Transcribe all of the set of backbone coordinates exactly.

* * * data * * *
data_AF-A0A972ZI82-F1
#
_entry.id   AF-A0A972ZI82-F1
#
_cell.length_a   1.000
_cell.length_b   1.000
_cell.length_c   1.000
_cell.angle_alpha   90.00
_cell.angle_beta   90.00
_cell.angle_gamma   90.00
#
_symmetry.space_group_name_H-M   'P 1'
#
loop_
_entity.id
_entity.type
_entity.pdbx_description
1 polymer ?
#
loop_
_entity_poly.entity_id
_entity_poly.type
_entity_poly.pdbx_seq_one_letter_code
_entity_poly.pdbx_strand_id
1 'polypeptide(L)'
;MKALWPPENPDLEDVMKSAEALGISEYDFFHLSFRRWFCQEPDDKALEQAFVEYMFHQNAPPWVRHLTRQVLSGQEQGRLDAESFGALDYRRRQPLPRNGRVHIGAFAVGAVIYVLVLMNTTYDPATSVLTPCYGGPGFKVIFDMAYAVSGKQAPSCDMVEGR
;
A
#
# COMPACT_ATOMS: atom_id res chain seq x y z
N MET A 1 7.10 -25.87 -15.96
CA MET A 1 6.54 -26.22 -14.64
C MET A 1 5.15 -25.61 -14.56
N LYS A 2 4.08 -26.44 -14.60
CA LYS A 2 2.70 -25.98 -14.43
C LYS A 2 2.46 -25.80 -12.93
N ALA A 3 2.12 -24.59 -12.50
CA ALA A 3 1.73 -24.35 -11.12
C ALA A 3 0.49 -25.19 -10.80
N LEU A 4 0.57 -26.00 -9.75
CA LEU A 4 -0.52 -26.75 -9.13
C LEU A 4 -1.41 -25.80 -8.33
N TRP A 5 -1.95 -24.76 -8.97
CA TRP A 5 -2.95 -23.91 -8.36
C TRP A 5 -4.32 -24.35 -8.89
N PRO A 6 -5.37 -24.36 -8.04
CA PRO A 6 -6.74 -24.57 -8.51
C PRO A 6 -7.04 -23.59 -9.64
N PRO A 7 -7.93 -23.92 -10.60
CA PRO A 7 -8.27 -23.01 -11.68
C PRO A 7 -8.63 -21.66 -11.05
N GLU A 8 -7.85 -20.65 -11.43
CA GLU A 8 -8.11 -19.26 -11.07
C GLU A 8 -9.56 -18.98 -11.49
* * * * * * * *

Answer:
data_AF-A0A972ZI82-F1
#
_entry.id   AF-A0A972ZI82-F1
#
_cell.length_a   1.000
_cell.length_b   1.000
_cell.length_c   1.000
_cell.angle_alpha   90.00
_cell.angle_beta   90.00
_cell.angle_gamma   90.00
#
_symmetry.space_group_name_H-M   'P 1'
#
loop_
_entity.id
_entity.type
_entity.pdbx_description
1 polymer ?
#
loop_
_entity_poly.entity_id
_entity_poly.type
_entity_poly.pdbx_seq_one_letter_code
_entity_poly.pdbx_strand_id
1 'polypeptide(L)'
;MKALWPPENPDLEDVMKSAEALGISEYDFFHLSFRRWFCQEPDDKALEQAFVEYMFHQNAPPWVRHLTRQVLSGQEQGRLDAESFGALDYRRRQPLPRNGRVHIGAFAVGAVIYVLVLMNTTYDPATSVLTPCYGGPGFKVIFDMAYAVSGKQAPSCDMVEGR
;
A
#
# COMPACT_ATOMS: atom_id res chain seq x y z
N MET A 1 7.10 -25.87 -15.96
CA MET A 1 6.54 -26.22 -14.64
C MET A 1 5.15 -25.61 -14.56
N LYS A 2 4.08 -26.44 -14.60
CA LYS A 2 2.70 -25.98 -14.43
C LYS A 2 2.46 -25.80 -12.93
N ALA A 3 2.12 -24.59 -12.50
CA ALA A 3 1.73 -24.35 -11.12
C ALA A 3 0.49 -25.19 -10.80
N LEU A 4 0.57 -26.00 -9.75
CA LEU A 4 -0.52 -26.75 -9.13
C LEU A 4 -1.41 -25.80 -8.33
N TRP A 5 -1.95 -24.76 -8.97
CA TRP A 5 -2.95 -23.91 -8.36
C TRP A 5 -4.32 -24.35 -8.89
N PRO A 6 -5.37 -24.36 -8.04
CA PRO A 6 -6.74 -24.57 -8.51
C PRO A 6 -7.04 -23.59 -9.64
N PRO A 7 -7.93 -23.92 -10.60
CA PRO A 7 -8.27 -23.01 -11.68
C PRO A 7 -8.63 -21.66 -11.05
N GLU A 8 -7.85 -20.65 -11.43
CA GLU A 8 -8.11 -19.26 -11.07
C GLU A 8 -9.56 -18.98 -11.49